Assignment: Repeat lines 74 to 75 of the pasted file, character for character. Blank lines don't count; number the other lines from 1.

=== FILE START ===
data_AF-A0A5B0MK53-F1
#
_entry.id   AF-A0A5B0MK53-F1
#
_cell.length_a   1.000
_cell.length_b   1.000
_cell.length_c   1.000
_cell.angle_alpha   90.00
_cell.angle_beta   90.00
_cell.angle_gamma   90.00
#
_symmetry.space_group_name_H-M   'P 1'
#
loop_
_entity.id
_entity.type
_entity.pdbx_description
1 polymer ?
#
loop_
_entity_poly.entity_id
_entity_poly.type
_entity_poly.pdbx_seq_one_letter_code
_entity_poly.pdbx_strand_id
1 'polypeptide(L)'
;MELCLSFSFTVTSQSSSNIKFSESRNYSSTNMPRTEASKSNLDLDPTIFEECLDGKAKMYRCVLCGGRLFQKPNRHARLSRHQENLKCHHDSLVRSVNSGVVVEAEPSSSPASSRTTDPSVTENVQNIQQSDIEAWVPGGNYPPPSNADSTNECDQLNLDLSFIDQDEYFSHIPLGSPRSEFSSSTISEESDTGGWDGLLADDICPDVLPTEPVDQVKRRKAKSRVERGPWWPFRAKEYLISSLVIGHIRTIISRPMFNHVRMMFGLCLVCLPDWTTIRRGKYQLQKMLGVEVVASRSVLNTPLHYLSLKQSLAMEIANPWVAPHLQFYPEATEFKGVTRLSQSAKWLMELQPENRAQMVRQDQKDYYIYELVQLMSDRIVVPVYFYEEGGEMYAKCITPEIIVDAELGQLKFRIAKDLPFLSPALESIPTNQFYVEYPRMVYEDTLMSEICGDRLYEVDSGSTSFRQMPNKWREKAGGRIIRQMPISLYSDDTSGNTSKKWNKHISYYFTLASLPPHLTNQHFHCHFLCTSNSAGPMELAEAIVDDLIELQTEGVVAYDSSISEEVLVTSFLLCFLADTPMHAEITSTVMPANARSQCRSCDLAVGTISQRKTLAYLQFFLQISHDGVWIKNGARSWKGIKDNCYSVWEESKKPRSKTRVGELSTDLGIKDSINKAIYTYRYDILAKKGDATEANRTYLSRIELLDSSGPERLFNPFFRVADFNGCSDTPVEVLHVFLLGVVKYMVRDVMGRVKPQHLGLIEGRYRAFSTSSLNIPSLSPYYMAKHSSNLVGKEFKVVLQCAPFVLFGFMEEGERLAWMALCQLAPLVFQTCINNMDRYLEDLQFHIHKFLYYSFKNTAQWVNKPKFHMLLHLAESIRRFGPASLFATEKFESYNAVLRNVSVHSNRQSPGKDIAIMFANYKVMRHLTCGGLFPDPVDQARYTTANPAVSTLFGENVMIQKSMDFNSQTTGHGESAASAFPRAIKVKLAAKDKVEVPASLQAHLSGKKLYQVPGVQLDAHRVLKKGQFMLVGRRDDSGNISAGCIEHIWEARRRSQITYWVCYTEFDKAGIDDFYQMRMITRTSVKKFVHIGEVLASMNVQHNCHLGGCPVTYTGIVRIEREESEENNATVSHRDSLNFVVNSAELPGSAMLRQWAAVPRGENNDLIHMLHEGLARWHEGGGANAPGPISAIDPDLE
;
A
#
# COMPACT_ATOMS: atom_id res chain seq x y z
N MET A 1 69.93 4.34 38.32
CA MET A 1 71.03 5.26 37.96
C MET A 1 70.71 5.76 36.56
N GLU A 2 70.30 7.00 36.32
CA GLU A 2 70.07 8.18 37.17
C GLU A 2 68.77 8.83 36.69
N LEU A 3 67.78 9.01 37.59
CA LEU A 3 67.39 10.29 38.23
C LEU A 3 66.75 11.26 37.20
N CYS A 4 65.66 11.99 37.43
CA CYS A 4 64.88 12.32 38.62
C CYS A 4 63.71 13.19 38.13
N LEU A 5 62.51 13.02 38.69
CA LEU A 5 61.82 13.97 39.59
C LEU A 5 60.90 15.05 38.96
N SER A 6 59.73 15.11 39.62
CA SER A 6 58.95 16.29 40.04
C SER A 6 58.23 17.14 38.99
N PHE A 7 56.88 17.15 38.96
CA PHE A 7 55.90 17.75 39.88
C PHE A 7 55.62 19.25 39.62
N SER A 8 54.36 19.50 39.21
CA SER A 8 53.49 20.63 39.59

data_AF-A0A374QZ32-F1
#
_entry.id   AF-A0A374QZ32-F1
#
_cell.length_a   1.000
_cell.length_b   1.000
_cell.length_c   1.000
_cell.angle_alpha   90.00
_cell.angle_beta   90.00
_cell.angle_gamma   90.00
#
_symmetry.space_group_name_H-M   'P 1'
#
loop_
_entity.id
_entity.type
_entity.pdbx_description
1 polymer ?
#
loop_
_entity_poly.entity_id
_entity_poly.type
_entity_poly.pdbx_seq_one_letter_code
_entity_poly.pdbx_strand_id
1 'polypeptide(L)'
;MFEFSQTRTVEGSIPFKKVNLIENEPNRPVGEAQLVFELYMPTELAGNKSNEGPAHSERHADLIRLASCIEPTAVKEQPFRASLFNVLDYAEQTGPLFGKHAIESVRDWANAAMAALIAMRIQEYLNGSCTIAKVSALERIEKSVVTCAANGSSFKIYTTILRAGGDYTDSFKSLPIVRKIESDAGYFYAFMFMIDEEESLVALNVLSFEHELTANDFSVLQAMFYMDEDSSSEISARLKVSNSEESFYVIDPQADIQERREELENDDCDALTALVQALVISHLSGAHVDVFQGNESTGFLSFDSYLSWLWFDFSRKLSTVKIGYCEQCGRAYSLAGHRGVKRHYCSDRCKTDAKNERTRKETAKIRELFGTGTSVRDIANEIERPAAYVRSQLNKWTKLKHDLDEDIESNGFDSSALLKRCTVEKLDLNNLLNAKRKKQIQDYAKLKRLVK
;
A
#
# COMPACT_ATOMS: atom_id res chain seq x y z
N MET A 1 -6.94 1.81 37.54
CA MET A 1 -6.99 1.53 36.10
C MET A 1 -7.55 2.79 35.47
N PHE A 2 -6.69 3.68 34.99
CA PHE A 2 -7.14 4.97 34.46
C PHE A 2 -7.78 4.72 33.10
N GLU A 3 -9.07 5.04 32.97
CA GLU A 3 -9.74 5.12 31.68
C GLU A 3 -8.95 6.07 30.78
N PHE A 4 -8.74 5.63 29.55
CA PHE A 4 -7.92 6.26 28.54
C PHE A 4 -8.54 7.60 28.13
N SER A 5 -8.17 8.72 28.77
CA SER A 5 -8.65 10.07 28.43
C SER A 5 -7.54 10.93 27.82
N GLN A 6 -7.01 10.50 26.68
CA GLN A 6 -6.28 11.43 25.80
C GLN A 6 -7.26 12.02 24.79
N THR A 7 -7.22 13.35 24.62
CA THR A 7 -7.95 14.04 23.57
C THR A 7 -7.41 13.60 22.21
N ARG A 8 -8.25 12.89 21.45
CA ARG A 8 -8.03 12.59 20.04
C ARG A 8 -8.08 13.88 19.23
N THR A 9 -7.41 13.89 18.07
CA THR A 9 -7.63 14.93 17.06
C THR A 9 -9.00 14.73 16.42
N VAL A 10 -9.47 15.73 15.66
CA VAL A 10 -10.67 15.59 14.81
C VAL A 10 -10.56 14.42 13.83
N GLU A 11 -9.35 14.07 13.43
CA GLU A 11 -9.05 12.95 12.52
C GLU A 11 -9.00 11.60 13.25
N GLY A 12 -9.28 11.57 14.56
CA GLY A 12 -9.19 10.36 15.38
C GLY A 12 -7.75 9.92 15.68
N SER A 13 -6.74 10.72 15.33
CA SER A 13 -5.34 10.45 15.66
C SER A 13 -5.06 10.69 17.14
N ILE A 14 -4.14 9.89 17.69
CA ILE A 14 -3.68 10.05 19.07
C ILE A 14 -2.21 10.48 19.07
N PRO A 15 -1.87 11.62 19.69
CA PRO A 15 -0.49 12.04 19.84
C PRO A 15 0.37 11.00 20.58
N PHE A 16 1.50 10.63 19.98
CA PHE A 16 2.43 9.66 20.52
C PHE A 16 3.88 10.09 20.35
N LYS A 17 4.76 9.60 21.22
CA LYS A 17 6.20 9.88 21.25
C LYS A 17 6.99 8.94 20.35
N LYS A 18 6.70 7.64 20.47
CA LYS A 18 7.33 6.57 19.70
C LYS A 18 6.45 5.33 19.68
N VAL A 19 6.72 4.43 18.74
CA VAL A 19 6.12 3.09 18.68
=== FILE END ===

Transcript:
_entity_poly.entity_id
_entity_poly.type